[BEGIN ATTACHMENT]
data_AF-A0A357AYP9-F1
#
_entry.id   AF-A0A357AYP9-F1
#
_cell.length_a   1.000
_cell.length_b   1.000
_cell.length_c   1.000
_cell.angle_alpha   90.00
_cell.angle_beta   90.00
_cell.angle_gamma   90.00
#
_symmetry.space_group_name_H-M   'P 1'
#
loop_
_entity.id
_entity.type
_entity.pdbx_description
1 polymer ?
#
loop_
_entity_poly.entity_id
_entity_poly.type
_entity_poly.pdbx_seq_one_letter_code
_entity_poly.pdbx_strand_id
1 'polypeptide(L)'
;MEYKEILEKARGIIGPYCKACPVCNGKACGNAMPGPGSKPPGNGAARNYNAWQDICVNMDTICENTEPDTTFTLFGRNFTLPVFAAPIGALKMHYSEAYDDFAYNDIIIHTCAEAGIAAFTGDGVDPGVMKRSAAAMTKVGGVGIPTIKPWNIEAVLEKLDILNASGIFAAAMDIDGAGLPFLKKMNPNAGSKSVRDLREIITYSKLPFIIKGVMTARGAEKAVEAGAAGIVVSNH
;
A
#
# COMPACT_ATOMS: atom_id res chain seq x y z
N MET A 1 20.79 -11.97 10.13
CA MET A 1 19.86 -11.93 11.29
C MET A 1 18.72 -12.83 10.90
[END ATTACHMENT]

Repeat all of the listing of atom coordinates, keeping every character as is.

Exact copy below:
data_AF-A0A357AYP9-F1
#
_entry.id   AF-A0A357AYP9-F1
#
_cell.length_a   1.000
_cell.length_b   1.000
_cell.length_c   1.000
_cell.angle_alpha   90.00
_cell.angle_beta   90.00
_cell.angle_gamma   90.00
#
_symmetry.space_group_name_H-M   'P 1'
#
loop_
_entity.id
_entity.type
_entity.pdbx_description
1 polymer ?
#
loop_
_entity_poly.entity_id
_entity_poly.type
_entity_poly.pdbx_seq_one_letter_code
_entity_poly.pdbx_strand_id
1 'polypeptide(L)'
;MEYKEILEKARGIIGPYCKACPVCNGKACGNAMPGPGSKPPGNGAARNYNAWQDICVNMDTICENTEPDTTFTLFGRNFTLPVFAAPIGALKMHYSEAYDDFAYNDIIIHTCAEAGIAAFTGDGVDPGVMKRSAAAMTKVGGVGIPTIKPWNIEAVLEKLDILNASGIFAAAMDIDGAGLPFLKKMNPNAGSKSVRDLREIITYSKLPFIIKGVMTARGAEKAVEAGAAGIVVSNH
;
A
#
# COMPACT_ATOMS: atom_id res chain seq x y z
N MET A 1 20.79 -11.97 10.13
CA MET A 1 19.86 -11.93 11.29
C MET A 1 18.72 -12.83 10.90